I was kissed for the first time by a boy in July. (His name was Jeff Smith. Up on a roof under a fig tree, in Izmir, Turkey. Just after fourth grade. He said I was groovy.)
July is the month when the ripe grain is cut and straw and hay are baled, when the lush green goes golden brown. July is when fireflies light up the dark orchards -- at least in North America, where I come from. (no fireflies here in Palencia, alas!) July is cookouts and vacations, swimming pools and long, long stretches of sunshine, with thunderheads looming in the western sky. In my book, July is the best month of all twelve. June and May battle it out for second place.
Last July I took a hike up in the mountains, on a trail I knew, but with a gang of mountaineers. I pushed way too hard. I hurt myself pretty badly. I scared myself.
This July, starting from tomorrow, I am taking another hike in the mountains with a mountaineer, on a trail I know already. But this time the mountaineer is Laurie. She is a hiking machine -- she is over 60 years old, a law professor from Illinois, tough as shoe leather. She can go 40 kilometers for days at a time without ill effect, and I am joining her at the finish of her Camino Olvidado -- she's spent the last couple of weeks striding across Spain from Bilbao along a rarely-used Roman Road that pilgrims walked a thousand years ago, back when what became today's camino was occupied by unfriendly Moorish Muslims. The Olividado goes straight through the Picos de Europa mountains, east to west. The Moors didn't bother much with mountains, but the pilgrims back then were plenty happy enough to move their camino a few miles south, down onto the flat, when they got the chance -- and the Camino Frances was born. (And now the pilgrims complain because the flat bits bore them so. Poor things have to take a bus.)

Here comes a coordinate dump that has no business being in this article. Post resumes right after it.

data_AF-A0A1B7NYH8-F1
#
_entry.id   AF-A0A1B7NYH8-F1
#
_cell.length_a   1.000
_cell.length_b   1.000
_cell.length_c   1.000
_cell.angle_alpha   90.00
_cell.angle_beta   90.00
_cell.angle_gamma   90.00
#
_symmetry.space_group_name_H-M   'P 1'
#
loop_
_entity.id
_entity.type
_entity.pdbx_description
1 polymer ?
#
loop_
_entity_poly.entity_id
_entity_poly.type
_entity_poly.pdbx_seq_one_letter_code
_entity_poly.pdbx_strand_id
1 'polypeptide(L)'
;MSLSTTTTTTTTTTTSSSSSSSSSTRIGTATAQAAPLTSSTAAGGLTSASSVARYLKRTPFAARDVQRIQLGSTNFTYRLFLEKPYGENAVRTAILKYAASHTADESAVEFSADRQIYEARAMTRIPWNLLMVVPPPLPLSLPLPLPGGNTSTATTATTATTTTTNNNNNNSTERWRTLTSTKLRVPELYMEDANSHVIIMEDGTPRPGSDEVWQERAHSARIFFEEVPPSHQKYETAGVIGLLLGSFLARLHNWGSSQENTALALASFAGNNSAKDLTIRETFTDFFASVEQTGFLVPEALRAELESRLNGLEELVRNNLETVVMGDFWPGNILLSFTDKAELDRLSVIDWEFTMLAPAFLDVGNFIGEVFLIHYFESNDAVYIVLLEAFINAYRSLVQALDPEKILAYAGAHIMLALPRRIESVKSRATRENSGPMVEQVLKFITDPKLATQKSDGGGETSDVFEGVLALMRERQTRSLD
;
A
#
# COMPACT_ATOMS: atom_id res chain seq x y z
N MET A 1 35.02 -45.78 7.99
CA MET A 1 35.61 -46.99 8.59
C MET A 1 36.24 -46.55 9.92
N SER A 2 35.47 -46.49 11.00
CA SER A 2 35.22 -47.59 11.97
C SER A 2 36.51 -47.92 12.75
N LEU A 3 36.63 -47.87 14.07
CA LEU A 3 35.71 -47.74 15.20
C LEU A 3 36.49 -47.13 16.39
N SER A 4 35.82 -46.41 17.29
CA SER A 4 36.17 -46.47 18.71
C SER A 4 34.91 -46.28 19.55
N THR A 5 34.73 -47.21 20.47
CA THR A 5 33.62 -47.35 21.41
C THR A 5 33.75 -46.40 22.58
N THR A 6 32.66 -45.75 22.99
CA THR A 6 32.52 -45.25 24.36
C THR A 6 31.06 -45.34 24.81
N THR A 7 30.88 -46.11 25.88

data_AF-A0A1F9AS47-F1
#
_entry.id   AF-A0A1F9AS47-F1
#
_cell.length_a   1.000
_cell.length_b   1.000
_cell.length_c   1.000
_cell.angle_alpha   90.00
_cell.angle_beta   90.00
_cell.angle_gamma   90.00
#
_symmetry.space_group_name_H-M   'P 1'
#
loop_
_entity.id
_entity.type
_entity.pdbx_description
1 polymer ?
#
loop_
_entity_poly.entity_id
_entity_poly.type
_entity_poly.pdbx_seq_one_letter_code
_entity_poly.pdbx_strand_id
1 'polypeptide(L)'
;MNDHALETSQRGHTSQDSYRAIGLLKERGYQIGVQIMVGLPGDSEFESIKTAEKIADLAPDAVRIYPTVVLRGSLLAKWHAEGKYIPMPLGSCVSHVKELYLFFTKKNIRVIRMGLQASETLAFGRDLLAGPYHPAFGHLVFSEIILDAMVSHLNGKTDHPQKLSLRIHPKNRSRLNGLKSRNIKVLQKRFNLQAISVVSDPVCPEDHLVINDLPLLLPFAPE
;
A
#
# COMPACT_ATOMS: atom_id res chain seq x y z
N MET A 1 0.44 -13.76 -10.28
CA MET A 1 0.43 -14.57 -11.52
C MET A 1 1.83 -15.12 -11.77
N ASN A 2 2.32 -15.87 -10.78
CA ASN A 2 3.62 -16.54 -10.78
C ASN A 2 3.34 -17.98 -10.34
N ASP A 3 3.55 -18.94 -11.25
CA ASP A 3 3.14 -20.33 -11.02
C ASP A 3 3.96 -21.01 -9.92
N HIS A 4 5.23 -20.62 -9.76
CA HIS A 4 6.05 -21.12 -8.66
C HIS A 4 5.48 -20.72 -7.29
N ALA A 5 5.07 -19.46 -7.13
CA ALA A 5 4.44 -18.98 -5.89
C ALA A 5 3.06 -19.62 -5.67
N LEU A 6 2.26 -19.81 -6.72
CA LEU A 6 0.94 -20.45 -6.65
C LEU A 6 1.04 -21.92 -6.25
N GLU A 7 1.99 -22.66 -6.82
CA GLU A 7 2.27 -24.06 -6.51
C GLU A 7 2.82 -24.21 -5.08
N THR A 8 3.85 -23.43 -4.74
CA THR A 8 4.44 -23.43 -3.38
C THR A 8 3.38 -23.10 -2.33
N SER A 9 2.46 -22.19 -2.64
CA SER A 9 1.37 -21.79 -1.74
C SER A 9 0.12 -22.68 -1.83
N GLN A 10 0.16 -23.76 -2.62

The Olvidado's been a lonesome trek, Laurie says, long and tiring and tiresome.
I am counting on that. I hope it's slowed her down.
Laurie and I will meet up tomorrow in Ponferrada, stay at a posh new pilgrim Albergue, and on Monday morning take a leisurely 22-kilometer hike from there on another Roman path uphill, across some forgotten bridges, to a little camino town called El Acebo. We will stay with Jaime, who keeps a nice B&B and a couple of goats up there, and who knows all the trails through all those mountains. It was Jaime, back in 2010, who drew me a map of the backwoods way from Acebo up to Penalba de Santiago, the local mountain-peak Mozarabic pilgrimage shrine. Me and Laurie hope to walk that way on Tuesday, over the river and through the woods and past a huge hollow tree full of honeybees, up into the mountain fastness. We will go slow and easy. We will stay up there in that twee little town, and visit the hermit cave, there I will light the candle I have packed in my pack.
The next day we will climb back down to Ponferrada via the Valle de Silencio. The Valley of Silence. Then Laurie will continue down the trail to Santiago. I will go back home.
The forecast is clear and cool. Paddy feels pretty healthy. The cupboards are full of chow for everybody.
And I love the mountains, and Penalba. I could use a good walk, and the company of a girlfriend. (One who's promised already not to walk my legs off.)
It is July, after all. The peak of the year, the top of the calendar. Gotta make that hay while the sun is shining.